New York-based MidRail claimed in a lawsuit filed in the Supreme Court of New York on Friday that Partners Group was considering investing in or with MidRail, but used confidential and proprietary business information shared by the rail firm to instead compete with it.
According to the lawsuit, Partners Group’s actions caused the company “tens of millions of dollars in lost competitive advantage” and “will certainly cause MidRail further damage in the future”. The company called Partners Group’s expressed intent to invest “a ruse”.
A spokeswoman for the Swiss firm told Private Equity International: “Partners Group considers the lawsuit filed today to be wholly without merit, and will vigorously defend against the asserted claims. We will not comment further on this pending litigation.”
A lawyer for MidRail would not provide further comment, and the company’s chair did not return a phone message and email immediately.
In the complaint, MidRail claims that it began discussions with Partners Group in 2017 about partnering for potential transactions in the rail industry, with MidRail providing the rail “know-how” and the firm putting up the money.
“As one of MidRail’s key strategic advantages lies in its proprietary information, MidRail required PG to enter into a non-disclosure agreement that would protect this information,” the lawsuit reads. That NDA was signed in June 2017, according to MidRail, and was reviewed in January 2019. The company says the details it shared included a deal pipeline as well as intellectual property, financial models and operational plans, which under the NDA could only be used by Partners Group to conduct deals with MidRail.
In 2017, MidRail began investigating a potential acquisition of Patriot Rail, another rail-line operator, before Patriot was on the market, and contacted Partners Group to potentially invest alongside it, according to the lawsuit. That discussion continued through 2018.
In 2019, the two firms worked together on another potential acquisition, this time of Petroleum Service Corporation. That deal fell through and PSC was sold to Aurora Capital Partners for $335 million, the lawsuit claims.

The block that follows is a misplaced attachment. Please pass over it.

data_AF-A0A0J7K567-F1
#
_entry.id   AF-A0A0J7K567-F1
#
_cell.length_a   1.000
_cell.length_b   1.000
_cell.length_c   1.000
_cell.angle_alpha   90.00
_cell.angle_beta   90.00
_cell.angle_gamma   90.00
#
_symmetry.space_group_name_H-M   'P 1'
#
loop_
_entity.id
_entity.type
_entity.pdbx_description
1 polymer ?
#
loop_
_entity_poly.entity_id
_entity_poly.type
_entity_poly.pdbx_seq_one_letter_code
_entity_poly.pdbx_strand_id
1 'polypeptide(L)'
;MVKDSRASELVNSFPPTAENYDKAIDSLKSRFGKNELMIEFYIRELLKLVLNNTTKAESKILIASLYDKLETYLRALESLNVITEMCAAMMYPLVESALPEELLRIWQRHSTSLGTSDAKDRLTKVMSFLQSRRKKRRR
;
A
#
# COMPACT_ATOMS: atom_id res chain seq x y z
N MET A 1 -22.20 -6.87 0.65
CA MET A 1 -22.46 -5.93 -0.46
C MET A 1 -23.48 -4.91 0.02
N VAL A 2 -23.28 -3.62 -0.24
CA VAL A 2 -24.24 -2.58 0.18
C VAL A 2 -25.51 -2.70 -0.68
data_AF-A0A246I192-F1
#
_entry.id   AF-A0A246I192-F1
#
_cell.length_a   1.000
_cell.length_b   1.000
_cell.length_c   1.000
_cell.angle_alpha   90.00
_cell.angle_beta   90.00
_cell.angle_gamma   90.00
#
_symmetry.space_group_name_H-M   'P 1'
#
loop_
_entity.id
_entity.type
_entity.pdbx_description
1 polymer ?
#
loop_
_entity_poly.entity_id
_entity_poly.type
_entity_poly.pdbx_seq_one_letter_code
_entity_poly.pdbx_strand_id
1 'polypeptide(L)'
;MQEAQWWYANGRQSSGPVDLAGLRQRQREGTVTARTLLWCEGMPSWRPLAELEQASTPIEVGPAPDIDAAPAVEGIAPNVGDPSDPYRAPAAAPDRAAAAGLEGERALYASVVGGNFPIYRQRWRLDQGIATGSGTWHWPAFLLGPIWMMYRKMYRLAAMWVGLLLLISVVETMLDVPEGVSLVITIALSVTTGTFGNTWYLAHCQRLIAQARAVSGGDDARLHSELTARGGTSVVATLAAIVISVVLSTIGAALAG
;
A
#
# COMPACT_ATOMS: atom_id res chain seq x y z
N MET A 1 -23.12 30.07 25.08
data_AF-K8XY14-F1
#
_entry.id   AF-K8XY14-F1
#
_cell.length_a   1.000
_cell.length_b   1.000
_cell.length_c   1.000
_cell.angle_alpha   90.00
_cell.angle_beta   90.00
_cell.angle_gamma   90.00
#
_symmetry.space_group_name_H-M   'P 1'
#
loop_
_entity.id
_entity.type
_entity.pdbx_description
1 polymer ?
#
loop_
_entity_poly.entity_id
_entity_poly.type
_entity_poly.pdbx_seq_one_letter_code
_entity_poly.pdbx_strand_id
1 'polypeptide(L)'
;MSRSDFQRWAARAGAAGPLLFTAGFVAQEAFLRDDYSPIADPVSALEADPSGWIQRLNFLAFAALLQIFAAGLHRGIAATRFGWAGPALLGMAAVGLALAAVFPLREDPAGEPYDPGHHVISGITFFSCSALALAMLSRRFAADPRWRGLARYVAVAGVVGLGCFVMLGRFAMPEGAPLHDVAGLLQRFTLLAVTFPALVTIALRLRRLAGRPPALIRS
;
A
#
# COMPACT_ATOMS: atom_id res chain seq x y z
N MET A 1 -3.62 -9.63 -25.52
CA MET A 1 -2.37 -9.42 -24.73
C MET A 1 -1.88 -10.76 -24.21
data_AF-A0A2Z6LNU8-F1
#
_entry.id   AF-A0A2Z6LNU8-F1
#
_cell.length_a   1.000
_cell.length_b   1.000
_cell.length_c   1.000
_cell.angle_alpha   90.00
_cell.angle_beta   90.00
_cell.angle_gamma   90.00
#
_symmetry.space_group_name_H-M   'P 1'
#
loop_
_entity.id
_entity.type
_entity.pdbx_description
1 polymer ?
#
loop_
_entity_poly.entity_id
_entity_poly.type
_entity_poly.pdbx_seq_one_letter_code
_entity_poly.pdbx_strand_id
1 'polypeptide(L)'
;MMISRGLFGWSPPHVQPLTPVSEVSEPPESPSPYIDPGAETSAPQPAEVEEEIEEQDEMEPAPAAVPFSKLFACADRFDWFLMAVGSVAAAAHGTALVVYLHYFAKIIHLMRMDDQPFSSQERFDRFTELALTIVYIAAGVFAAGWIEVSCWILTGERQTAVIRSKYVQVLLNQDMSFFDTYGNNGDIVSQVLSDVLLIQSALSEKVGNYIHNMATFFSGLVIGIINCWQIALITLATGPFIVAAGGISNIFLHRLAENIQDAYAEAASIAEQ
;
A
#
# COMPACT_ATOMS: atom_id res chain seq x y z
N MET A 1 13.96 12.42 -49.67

In May last year, Partners Group allegedly informed MidRail that it was planning to put a first round bid on Patriot, telling MidRail it would partner with the firm if the bid made it through to round two. MidRail then provided more confidential information to Partners Group under the NDA. However, when the firm made it to the second round of bidding in mid-June, it told MidRail it was pursuing the acquisition on its own, it is claimed.
While MidRail searched for another financial backer, Partners Group allegedly repeatedly met Patriot’s management and at a dinner shared MidRail’s plans for the acquisition, including a pipeline and strategy, representing them as its own.
Still unaware of Partners Group’s actions, MidRail says it found a new backer and planned its own bid for Patriot that “was just high enough that it would outbid anyone that did not have access to MidRail’s confidential information,” the lawsuit claims. The company’s trade secrets projected “substantially greater growth for Patriot than conventional wisdom in the rail sector allowed,” meaning MidRail’s high bid could still theoretically result in large returns on its planned investment.
But when MidRail discovered Partners Group was allegedly using its proprietary information and strategy in the firm’s own bid, it decided it had to essentially bid against itself. It put up another $100 million for the acquisition and eventually closed the deal.
MidRail also claims that “PG is continuing to use MidRail’s confidential information for purposes barred by the NDA and to MidRail’s detriment, including as part of PG’s ongoing fundraising efforts.”
Matthew Schwartz, a partner at Boies, Schiller and Flexner, which represents MidRail, said about the case: “The ability to confidentially share sensitive business and financial information is essential for an effective, well-functioning private equity market. Companies would never divulge proprietary information to potential investors, partners, or buyers if they could not be sure that information would not later be used against them. Partners Group’s violation of that trust is so egregious that MidRail had no other choice than to take legal action to protect its business.”